The making of a Prime Minister

One day, just before Pierre Trudeau took his celebrated late night walk in the snow outside 24 Sussex Drive to decide he didn’t want to be PM anymore, I received — as most columnists do — an anonymous phone call.

The voice — to this day, I still do not know who it was — said, “Watch out, Fotheringham, Paul Martin Jr. is going for the Liberal leadership.” The voice hung up.

I’m not sure I even knew at the time there was someone called Paul Martin Jr. I checked him out — Power Corp, Canada Steamship Lines — and ran a blind item in my column, suggesting a Paul Martin Jr. might be sniffing at the Grit leadership.

Several weeks later, I was walking out of the Ritz-Carlton in Montreal when a couple approached me. “You’re Fotheringham?” the male enquired. I gave the standard answer: “Depends on whether you’re gonna kick me or kiss me.”

“Mulroney has warned me about you,” he said. “He says you invent politicians, blow them up like a large balloon, then stick a pin in them.”

“Of course,”I said, “that’s how I make a living.”

“Come with me,” he instructed. He dropped off his wife, took me up to his office -this now being midnight — opened a bottle of Scotch, and Paul Martin and I became friends — as much as this perilous trade of journalism can allow a scribbler to become a semi-friend of a politician.

He explained he couldn’t make up his mind — having obviously made a fortune — whether to go into politics or fulfill a dream of helping out the African colonies the Empire had deserted. I thought that a 40-something millionaire who couldn’t make up his mind was not really an ideal politician.

In my long study of that peculiar animal, the politician, the only thing I know is that Richard Nixon, Joe Clark and Brian Mulroney announced at age 17 to schoolmates that they planned to be president or prime minister, and all achieved that goal. Someone who waffled between entering politics or saving Africans, I didn’t quite understand.

After that blind column item appeared, I was further amused to see in the Globe and Mail the fine digging of two senior reporters, two young Liberal acolytes, Terrie O’Leary and David Herle. They drove from Ottawa to Montreal to check out this mysterious candidate to make sure he wasn’t a “political dud.” And the two are now the powerful backroom spinners who have become the major stickhandlers of the future prime minister.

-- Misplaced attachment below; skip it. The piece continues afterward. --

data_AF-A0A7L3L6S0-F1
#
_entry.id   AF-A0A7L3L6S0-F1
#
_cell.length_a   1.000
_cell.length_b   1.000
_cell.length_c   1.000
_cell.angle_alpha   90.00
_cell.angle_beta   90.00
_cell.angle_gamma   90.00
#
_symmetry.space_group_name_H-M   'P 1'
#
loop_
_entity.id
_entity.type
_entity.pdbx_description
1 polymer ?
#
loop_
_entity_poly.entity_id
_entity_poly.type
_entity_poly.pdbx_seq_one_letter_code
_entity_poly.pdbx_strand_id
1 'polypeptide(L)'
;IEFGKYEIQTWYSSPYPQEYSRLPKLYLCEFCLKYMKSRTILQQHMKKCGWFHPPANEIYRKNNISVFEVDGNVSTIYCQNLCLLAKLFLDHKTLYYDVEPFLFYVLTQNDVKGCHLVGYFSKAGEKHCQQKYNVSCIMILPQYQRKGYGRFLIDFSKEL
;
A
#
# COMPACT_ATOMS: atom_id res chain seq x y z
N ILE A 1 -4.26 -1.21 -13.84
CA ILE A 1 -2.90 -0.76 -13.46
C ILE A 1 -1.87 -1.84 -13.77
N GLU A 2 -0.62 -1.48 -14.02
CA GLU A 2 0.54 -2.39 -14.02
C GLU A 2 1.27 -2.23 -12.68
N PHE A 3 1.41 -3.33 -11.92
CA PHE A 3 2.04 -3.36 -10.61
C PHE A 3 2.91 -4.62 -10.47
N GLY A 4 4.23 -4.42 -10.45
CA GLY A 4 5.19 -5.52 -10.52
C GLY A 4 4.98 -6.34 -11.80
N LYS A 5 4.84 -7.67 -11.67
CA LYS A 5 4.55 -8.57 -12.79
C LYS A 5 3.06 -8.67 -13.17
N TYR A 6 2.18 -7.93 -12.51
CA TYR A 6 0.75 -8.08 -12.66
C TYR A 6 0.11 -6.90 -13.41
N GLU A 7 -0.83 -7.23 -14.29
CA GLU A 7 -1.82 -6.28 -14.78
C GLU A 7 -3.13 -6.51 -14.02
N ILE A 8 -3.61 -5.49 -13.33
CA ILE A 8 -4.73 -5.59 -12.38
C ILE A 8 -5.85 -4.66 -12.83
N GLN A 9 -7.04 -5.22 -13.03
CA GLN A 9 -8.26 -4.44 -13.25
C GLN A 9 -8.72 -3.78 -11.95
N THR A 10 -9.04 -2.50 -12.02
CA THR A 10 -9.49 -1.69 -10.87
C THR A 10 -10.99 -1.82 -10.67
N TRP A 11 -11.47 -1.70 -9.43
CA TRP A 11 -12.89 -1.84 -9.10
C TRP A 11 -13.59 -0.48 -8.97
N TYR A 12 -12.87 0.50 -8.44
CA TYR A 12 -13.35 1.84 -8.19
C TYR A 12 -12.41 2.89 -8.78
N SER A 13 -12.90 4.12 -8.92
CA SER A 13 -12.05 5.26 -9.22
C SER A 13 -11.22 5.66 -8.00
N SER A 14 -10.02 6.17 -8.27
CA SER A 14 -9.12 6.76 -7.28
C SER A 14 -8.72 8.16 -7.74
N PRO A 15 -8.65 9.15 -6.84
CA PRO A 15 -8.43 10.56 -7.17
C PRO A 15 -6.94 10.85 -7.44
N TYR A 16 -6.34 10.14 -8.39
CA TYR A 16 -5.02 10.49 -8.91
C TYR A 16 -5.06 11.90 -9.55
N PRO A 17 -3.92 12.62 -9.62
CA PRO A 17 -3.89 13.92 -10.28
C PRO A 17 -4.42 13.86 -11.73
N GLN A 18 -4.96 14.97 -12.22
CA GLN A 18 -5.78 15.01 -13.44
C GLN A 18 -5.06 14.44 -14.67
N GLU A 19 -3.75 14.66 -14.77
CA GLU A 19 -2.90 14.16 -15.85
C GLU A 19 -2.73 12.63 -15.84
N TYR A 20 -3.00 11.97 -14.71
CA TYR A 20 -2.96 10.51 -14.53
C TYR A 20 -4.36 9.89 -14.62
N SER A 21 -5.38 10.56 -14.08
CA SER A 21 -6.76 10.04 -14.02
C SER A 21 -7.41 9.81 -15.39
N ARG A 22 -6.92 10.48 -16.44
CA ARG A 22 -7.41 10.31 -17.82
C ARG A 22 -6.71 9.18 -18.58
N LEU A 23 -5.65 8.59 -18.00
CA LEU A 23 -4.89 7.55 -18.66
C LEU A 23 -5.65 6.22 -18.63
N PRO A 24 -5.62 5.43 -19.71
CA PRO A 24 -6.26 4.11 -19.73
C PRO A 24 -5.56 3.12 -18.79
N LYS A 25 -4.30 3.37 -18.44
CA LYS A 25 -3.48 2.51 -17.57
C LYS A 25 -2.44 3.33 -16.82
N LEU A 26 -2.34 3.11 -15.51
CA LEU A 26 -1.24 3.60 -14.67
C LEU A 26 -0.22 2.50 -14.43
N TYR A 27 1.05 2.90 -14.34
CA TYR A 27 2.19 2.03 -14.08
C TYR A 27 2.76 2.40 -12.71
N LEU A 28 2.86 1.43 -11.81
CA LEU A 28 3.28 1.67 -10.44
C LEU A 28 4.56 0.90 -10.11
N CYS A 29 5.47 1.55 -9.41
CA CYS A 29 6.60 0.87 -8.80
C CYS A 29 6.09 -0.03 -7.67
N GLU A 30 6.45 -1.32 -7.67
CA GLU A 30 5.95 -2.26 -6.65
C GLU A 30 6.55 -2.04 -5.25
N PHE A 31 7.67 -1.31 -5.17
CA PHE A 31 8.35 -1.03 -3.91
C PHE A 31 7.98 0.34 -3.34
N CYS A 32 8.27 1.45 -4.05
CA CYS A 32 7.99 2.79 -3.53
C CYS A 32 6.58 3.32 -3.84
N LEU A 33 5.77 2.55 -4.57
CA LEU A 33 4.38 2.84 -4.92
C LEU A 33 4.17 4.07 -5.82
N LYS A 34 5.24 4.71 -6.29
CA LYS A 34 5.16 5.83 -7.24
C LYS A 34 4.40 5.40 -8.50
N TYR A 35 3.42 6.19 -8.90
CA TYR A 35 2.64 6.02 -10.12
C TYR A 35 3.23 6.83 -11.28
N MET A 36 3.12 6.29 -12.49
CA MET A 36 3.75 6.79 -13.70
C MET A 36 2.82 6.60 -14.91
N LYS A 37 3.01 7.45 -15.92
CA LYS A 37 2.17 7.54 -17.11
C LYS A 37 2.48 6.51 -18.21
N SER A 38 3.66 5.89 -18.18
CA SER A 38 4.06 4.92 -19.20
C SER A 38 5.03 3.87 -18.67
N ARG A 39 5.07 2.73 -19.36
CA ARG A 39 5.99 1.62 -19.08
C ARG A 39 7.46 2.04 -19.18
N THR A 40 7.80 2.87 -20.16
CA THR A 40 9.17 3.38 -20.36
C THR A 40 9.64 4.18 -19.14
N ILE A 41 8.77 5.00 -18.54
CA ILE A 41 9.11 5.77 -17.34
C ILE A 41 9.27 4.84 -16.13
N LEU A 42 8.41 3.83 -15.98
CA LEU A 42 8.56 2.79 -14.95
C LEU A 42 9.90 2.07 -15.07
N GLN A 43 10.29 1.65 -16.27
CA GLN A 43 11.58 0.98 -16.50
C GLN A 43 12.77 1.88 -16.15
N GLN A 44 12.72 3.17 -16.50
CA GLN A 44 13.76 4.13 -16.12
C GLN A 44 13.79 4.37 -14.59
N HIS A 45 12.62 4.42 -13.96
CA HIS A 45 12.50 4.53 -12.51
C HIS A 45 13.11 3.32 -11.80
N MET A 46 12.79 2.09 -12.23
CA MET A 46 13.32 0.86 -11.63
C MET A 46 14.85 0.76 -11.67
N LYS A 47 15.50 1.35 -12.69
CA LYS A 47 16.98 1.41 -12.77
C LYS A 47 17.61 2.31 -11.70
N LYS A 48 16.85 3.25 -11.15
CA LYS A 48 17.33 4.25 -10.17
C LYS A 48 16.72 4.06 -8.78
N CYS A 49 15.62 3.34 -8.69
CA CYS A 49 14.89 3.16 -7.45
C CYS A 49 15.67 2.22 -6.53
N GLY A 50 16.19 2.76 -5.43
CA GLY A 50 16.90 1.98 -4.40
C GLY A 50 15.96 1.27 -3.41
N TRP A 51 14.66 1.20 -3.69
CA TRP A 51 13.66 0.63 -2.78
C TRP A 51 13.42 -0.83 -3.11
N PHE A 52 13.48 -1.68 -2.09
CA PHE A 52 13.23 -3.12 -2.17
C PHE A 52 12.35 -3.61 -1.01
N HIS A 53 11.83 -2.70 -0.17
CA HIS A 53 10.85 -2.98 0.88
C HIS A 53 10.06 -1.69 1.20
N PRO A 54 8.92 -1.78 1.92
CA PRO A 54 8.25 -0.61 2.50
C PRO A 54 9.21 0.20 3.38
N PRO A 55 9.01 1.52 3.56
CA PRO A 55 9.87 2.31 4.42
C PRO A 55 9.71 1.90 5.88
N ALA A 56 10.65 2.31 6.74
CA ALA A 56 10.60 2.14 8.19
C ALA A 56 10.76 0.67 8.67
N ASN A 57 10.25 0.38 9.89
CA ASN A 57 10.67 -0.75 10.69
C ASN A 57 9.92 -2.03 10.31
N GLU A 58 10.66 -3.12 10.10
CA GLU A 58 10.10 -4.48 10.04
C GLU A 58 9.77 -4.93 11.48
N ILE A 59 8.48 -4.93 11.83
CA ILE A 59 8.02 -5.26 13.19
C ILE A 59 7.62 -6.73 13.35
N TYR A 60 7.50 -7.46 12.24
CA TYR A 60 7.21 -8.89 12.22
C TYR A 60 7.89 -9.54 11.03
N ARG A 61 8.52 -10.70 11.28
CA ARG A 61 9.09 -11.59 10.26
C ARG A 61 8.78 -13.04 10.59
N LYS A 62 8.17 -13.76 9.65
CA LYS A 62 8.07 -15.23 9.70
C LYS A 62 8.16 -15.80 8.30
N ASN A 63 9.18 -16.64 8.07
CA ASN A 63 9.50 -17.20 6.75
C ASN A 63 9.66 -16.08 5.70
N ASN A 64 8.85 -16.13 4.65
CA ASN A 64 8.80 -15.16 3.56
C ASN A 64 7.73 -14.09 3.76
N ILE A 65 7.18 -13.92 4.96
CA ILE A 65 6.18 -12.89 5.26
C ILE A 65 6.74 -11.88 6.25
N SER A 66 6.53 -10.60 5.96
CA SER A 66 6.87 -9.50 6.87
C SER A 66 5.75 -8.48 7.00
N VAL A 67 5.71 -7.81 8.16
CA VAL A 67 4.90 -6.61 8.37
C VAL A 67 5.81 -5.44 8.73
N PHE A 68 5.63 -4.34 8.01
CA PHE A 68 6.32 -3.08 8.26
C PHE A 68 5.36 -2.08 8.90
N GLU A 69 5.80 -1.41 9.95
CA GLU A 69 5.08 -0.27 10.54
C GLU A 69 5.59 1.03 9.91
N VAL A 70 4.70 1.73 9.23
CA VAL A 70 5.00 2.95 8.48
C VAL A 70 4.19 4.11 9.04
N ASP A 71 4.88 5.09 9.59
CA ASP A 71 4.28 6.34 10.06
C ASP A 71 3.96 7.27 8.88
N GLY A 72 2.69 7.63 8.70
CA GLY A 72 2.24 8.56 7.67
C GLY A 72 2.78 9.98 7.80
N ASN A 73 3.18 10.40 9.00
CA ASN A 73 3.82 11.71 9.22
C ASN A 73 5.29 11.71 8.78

The reason the PM detests Martin is that he thinks he is so indecisive as to be weak, which led to the arcane occasion when Martin, driving back to Ottawa from his Quebec farm, learned on his car radio he had been fired as finance minister.

We all know we are going to become the laughing stock of the world when, on Nov. 15, the Grit machinery, having been hijacked by Martin, will anoint him Liberal leader at the party convention in Toronto. The wily Chrétien maintains he is sticking around until February 2004. We will have two prime ministers — just like a banana republic.

The last time I saw Martin was at a swish Ottawa evening where he starred as an auctioneer at a society function. I upped to him and asked when were we going to sit down again for a long and thoughtful interview. He said, “Allan, for you, anytime.”

That was before the famous I quit/you’re fired weekend. Since then, I’ve talked to his hired flacks to solidify the previous promise. The result: complete silence.

P.S. to Paul: Ever the consummate politician with the perfect memory, you know my son was once involved with the Young Liberals in B.C. You ask about him frequently. Brady is now in Seoul, South Korea, on a year’s contract teaching English and writing a book. Hope he’s going to tell the truth.